This was particularly noticeable from 2010 to 2011 when production went up 40 percent per hour. Outsourcing has been a major contributor to this increase, as many manufacturing companies are externally handling tasks such as manufacturing parts, maintenance, payroll services, and benefits management.
In addition, the industry is beginning to expand its reach in the global market. The vast amount of resources required for manufacturing processes, particularly those overseas, has fostered relationships between manufacturers and other companies, as well as alliances between manufacturers and their suppliers.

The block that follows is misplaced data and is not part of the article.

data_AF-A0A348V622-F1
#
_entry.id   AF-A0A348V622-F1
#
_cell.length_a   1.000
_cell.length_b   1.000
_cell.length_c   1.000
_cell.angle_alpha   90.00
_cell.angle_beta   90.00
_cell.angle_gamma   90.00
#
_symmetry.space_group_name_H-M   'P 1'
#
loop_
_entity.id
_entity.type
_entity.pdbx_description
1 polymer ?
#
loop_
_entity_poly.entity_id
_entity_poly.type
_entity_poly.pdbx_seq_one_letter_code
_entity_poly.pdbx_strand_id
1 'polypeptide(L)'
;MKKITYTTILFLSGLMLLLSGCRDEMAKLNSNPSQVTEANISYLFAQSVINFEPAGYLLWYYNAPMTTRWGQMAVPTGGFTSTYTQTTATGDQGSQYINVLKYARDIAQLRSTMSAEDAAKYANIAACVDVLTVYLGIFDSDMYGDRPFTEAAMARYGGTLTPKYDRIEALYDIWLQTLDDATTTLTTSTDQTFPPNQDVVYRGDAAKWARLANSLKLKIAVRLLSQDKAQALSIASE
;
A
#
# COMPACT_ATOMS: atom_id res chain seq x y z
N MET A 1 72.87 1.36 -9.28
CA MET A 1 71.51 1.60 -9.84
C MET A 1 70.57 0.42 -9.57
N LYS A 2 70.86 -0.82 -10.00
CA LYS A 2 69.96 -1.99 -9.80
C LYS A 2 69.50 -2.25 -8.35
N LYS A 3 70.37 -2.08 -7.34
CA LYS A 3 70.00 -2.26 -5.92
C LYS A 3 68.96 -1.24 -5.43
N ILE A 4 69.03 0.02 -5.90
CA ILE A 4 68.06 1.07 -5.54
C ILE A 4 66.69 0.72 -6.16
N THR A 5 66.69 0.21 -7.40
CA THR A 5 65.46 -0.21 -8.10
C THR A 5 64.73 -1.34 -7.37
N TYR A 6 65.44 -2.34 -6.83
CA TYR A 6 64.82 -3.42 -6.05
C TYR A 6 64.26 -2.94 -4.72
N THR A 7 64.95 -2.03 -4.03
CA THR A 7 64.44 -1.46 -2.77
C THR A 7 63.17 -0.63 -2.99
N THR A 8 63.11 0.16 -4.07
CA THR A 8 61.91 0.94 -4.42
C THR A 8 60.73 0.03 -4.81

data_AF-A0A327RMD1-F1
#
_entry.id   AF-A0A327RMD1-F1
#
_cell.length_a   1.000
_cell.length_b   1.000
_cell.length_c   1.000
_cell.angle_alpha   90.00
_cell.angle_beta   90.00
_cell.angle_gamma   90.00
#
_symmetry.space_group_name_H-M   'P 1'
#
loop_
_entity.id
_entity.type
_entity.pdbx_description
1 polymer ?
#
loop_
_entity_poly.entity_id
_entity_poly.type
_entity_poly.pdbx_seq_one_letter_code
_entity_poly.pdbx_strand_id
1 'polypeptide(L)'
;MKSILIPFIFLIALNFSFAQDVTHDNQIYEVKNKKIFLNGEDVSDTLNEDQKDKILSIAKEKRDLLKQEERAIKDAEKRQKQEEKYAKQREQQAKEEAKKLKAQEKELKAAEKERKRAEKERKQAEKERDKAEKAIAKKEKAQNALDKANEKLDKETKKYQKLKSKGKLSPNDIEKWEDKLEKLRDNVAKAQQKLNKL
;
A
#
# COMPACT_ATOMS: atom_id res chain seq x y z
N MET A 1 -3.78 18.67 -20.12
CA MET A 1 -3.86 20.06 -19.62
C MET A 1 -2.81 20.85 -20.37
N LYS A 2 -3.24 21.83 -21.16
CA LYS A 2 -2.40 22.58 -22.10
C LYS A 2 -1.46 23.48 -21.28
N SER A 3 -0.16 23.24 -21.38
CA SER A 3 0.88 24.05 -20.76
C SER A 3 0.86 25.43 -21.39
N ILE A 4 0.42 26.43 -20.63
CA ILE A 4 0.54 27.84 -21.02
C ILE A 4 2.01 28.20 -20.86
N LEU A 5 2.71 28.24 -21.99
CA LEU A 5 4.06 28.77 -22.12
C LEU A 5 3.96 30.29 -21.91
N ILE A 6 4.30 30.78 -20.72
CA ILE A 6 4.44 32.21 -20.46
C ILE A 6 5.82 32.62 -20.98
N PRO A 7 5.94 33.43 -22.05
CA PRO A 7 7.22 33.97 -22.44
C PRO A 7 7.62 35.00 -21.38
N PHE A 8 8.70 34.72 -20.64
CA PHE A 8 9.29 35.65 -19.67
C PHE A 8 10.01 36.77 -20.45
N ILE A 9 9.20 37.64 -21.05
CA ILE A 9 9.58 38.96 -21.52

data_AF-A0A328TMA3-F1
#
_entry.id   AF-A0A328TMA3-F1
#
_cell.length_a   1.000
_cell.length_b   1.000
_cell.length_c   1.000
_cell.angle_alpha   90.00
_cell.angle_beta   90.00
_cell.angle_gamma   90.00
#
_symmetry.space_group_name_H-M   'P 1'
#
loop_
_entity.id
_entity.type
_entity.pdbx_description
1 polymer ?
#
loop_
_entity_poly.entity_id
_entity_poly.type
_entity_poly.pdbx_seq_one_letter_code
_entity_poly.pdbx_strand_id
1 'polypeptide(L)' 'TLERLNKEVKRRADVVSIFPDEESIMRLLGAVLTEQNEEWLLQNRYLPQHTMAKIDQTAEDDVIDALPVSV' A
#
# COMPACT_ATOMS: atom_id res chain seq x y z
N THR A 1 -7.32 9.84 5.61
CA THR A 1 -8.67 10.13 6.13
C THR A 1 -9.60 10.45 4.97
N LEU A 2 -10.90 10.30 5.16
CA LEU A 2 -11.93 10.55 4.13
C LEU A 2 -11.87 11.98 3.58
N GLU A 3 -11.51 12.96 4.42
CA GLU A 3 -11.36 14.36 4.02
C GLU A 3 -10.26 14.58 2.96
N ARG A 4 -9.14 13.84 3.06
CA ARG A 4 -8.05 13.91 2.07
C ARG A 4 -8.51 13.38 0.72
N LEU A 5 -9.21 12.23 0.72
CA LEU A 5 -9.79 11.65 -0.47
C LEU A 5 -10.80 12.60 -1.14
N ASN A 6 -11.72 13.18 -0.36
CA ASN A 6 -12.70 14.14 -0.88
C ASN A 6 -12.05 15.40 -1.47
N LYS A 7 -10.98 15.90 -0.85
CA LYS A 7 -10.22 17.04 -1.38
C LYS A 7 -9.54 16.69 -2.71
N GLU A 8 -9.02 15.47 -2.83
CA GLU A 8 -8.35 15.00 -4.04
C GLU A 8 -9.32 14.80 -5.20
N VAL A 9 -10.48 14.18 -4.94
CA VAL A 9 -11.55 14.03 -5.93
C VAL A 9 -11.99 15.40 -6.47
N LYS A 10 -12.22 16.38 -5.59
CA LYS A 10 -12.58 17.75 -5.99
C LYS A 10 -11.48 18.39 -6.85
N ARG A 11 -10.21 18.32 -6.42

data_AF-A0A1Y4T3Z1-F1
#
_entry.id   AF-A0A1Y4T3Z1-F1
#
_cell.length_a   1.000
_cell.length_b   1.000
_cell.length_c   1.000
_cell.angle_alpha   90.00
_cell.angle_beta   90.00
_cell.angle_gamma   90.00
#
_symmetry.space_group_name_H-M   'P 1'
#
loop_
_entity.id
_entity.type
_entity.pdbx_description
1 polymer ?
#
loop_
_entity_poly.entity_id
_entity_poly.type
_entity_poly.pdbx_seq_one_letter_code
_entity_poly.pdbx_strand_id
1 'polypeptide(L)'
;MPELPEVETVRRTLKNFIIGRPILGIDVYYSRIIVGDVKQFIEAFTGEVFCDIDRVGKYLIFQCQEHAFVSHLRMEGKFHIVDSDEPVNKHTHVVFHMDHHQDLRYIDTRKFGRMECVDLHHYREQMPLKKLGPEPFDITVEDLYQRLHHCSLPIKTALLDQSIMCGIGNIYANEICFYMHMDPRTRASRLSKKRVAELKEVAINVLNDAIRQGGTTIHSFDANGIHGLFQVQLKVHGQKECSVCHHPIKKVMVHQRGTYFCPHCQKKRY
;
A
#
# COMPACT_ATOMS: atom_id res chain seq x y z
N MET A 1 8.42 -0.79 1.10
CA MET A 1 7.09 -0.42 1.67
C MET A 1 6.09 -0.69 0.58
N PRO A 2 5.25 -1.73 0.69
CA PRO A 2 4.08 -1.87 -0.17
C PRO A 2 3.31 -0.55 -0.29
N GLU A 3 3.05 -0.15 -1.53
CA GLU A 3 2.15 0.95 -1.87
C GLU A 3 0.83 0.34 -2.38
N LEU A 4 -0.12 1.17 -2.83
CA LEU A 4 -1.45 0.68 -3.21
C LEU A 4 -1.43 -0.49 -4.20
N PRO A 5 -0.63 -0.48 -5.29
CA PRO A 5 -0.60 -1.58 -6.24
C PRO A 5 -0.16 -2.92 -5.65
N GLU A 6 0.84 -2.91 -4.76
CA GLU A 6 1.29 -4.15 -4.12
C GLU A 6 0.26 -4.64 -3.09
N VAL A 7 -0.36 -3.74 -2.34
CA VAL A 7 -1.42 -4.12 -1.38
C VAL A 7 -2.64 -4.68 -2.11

The development of international logistics’ networks has allowed U.S. manufacturers to deliver products to many parts of the world. Previously, production facilities were located abroad for reasons such as labor costs and tax reduction. However, now companies are stationing business in other nations so that they can be in close proximity to raw materials and the markets they sell into. Generally speaking, the increase in foreign demand for U.S. goods has been the greatest contributor to the regained success of this industry.